Many researchers in microelectromechanical systems (MEMS) have focused on resonators -- tiny devices that vibrate at radio frequencies -- to replace quartz crystals and other oscillators and can be economically integrated directly into a silicon chip.
Cornell scientists are pushing the upper limits of microresonator frequency with a device that generates a 4.5 gigahertz (GHz) signal, the highest ever achieved in silicon, with a quality factor, or Q, close to 10,000. Q, which is a measure of how sharply tuned an oscillator is and, therefore, of the amount of energy stored in the resonator, commonly decreases with increasing frequency.
"You can trade off quality factor for frequency, so you want to maximize their product [frequency multiplied by Q]," explains Sunil Bhave, Cornell assistant professor of electrical and computer engineering. If both are high, designers have more leeway.
Bhave and graduate student Dana Weinstein described the new device at the International Electronic Devices Meeting in Washington, D.C., in December, and their paper appears in the conference proceedings.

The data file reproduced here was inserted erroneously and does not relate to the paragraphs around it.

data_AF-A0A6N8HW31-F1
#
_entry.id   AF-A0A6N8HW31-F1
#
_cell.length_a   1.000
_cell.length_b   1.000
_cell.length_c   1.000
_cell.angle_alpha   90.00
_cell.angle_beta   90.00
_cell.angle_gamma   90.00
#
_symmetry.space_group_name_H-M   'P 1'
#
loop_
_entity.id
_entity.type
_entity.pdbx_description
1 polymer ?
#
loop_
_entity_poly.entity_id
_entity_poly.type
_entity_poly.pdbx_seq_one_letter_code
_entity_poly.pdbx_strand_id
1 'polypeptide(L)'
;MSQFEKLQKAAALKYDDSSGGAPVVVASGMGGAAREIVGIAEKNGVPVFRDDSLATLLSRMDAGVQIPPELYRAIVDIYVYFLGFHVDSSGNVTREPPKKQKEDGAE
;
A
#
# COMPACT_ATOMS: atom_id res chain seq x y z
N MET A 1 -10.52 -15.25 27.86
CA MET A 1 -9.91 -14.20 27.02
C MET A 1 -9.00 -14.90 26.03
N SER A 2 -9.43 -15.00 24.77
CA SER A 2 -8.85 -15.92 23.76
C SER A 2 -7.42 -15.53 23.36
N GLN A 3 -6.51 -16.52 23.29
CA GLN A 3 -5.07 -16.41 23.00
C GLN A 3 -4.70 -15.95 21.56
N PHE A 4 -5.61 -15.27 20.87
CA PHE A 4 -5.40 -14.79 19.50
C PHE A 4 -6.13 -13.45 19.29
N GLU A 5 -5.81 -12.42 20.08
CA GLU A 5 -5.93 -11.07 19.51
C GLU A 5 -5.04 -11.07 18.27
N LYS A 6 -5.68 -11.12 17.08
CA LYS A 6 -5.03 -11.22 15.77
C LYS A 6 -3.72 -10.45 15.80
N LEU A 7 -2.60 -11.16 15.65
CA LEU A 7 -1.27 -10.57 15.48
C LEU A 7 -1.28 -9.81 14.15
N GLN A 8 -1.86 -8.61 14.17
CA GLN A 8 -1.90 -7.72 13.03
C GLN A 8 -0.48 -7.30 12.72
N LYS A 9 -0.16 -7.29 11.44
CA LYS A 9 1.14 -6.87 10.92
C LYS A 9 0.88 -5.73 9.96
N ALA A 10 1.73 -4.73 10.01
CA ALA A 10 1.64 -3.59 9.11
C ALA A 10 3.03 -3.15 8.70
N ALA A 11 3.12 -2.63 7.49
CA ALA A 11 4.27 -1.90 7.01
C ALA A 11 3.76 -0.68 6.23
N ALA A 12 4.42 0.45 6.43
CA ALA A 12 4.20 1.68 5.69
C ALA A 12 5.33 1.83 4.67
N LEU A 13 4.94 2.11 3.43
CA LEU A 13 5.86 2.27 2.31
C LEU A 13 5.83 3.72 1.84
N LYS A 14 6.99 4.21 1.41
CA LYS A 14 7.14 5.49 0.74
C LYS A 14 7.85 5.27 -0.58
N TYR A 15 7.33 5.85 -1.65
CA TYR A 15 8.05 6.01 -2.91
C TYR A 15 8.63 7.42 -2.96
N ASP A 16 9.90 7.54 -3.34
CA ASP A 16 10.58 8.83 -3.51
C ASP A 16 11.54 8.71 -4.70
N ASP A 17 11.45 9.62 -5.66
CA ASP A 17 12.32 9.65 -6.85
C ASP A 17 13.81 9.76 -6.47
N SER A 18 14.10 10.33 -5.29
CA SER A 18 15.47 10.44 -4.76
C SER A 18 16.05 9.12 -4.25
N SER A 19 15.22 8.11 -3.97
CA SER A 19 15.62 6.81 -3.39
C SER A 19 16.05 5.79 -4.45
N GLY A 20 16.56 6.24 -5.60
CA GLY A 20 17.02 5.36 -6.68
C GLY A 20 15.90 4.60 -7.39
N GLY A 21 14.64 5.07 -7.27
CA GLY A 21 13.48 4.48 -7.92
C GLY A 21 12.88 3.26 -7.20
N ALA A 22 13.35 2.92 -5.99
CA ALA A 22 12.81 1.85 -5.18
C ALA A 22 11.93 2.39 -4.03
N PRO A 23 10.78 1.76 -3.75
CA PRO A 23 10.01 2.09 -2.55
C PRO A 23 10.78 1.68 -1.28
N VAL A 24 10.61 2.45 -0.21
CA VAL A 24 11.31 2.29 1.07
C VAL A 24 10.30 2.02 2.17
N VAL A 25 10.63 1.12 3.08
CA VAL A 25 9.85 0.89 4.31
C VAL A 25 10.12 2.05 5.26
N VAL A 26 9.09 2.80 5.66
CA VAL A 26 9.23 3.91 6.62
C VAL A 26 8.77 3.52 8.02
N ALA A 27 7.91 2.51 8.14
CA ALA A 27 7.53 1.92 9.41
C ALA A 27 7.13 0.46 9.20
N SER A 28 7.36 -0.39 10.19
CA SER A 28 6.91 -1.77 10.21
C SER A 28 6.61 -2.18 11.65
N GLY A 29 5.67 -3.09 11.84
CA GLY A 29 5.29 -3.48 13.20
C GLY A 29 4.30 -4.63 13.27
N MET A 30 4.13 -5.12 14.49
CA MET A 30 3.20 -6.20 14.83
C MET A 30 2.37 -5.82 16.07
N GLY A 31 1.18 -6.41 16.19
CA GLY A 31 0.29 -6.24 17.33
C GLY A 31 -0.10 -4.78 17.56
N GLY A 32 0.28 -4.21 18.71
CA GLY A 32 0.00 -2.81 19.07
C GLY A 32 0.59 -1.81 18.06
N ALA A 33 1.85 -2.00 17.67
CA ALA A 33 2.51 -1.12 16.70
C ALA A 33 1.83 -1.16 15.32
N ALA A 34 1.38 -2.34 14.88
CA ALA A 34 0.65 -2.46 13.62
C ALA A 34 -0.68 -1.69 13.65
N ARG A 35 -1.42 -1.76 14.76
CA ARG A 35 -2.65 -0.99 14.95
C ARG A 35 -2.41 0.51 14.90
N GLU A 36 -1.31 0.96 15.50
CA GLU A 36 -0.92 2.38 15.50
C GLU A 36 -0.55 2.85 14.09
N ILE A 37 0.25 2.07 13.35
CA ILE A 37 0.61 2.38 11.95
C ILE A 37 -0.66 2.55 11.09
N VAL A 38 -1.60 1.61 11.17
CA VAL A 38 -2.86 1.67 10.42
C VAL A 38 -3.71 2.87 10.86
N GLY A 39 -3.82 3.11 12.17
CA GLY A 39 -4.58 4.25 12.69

The device consists of a silicon bar set into vibration by a process called "dielectric transduction." An alternating voltage is applied to an electrode separated from the bar by a dielectric, or insulator. Attractive forces between electric charges in the electrode and the bar create mechanical vibrations that travel back and forth along the bar like sound waves in a flute or organ pipe.
Previously researchers have used an air gap as the dielectric. Substituting a solid dielectric makes it easier to read out oscillations at higher frequencies, but the solid dielectric damps vibrations and reduces the efficiency of transmission of energy to the oscillator.
Weinstein found by mathematical analysis that efficiency could be increased by moving the dielectric layers from the ends of the bar partway toward the middle. The ideal positions are two-thirds of the way from the middle to the end of the bar, which are the points of maximum strain when it is vibrating.
The resulting device is a silicon bar 8.5 microns long, 40 microns wide and 2.5 microns thick, divided by two dielectric layers of silicon nitride just 15 nanometers (billionths of a meter) thick. The 4.5 GHz signal is the ninth harmonic of the resonator's fundamental vibration along its length. The method could produce resonators with frequencies exceeding 10 GHz, the researchers said.
Source: By Bill Steele, Cornell University
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